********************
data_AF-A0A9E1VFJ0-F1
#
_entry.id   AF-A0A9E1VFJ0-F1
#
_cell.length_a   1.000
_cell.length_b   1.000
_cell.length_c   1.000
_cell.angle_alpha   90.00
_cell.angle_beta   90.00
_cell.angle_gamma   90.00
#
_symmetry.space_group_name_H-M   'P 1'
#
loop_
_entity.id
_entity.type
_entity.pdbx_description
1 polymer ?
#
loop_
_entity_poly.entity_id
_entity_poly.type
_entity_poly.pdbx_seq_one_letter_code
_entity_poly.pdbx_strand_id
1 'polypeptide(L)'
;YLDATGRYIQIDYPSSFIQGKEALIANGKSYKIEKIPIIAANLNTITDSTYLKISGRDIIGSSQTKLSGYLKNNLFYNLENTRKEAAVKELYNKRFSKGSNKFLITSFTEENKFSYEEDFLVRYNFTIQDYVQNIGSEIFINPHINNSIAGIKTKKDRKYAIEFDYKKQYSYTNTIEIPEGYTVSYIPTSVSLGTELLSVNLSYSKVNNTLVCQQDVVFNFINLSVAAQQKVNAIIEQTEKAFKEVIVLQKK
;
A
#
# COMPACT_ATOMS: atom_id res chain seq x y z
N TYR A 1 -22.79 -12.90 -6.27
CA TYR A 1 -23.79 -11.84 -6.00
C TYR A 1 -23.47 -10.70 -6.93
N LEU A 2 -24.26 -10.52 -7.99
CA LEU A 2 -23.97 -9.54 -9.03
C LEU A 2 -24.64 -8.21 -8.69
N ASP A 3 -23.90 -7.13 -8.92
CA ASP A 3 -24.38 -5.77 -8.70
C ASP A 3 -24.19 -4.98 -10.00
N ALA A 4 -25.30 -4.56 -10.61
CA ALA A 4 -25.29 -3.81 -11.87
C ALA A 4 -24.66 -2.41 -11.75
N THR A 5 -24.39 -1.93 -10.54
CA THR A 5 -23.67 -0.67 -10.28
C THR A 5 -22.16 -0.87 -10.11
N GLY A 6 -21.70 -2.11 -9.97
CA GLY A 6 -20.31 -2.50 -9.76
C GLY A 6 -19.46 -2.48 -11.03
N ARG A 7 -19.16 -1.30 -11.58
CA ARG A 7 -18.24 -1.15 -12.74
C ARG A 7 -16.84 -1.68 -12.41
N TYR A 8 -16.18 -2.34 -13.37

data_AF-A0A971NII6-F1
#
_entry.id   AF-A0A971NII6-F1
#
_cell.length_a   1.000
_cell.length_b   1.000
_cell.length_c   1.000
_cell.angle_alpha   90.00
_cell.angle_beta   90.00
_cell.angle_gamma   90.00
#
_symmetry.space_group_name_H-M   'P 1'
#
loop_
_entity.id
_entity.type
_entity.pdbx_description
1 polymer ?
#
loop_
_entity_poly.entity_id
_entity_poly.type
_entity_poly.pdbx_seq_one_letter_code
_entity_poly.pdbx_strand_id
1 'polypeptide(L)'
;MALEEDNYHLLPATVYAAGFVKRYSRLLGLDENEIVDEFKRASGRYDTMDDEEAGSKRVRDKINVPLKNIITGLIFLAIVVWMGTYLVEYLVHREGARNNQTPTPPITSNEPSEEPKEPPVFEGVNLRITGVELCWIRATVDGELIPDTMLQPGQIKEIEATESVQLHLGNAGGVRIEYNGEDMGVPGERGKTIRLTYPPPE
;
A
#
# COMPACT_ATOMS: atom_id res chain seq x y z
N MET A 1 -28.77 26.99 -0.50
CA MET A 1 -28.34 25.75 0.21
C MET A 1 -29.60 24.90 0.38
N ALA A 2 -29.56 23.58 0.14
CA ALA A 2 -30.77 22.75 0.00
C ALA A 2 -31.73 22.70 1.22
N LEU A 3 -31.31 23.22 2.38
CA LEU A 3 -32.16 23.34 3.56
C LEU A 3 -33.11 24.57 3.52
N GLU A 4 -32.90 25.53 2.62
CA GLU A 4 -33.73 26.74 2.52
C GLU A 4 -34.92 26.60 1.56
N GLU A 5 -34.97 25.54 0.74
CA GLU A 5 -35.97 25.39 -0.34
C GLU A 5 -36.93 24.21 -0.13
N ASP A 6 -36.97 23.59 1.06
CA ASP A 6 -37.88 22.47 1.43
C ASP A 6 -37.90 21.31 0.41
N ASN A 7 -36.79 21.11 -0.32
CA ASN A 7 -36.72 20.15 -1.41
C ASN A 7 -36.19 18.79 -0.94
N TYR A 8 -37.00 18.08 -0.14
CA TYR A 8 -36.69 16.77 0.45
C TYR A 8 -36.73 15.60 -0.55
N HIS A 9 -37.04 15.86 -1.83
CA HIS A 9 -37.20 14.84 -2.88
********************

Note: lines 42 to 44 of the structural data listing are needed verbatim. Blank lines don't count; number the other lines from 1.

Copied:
C ALA A 4 -24.66 -2.41 -11.75
N THR A 5 -24.39 -1.93 -10.54
CA THR A 5 -23.67 -0.67 -10.28